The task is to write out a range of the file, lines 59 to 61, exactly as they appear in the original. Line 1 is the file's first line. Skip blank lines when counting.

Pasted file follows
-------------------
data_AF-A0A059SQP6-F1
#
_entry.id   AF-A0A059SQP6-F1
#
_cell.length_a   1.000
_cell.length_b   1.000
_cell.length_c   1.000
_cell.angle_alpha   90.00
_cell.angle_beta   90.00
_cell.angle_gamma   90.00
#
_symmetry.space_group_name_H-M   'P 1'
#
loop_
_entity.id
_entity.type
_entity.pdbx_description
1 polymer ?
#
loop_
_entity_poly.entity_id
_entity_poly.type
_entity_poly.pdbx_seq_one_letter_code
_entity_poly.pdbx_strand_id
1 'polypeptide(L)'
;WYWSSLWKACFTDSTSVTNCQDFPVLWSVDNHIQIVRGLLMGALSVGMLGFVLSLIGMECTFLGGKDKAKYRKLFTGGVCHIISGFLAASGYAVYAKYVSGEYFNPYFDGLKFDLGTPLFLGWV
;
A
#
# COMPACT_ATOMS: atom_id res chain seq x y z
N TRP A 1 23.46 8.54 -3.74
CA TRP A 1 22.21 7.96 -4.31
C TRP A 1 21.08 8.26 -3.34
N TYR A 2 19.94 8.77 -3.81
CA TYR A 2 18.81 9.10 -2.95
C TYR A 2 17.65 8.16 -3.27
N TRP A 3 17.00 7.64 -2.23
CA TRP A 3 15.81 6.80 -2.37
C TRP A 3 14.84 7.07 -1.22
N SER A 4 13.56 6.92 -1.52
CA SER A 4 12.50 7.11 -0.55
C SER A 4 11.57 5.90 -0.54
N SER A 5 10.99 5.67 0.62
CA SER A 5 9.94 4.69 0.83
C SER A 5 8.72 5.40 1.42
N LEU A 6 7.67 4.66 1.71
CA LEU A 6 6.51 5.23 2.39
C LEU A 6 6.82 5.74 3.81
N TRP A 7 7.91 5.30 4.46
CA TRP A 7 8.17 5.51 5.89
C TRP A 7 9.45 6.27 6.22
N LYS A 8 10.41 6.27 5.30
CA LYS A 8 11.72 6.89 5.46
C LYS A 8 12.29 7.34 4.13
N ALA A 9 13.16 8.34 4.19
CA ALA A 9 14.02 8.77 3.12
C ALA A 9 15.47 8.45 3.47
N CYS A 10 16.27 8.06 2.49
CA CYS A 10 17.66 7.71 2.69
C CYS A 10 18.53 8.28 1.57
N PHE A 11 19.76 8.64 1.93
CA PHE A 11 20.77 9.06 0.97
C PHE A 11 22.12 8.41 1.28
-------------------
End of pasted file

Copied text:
CA CYS A 10 17.66 7.71 2.69
C CYS A 10 18.53 8.28 1.57
N PHE A 11 19.76 8.64 1.93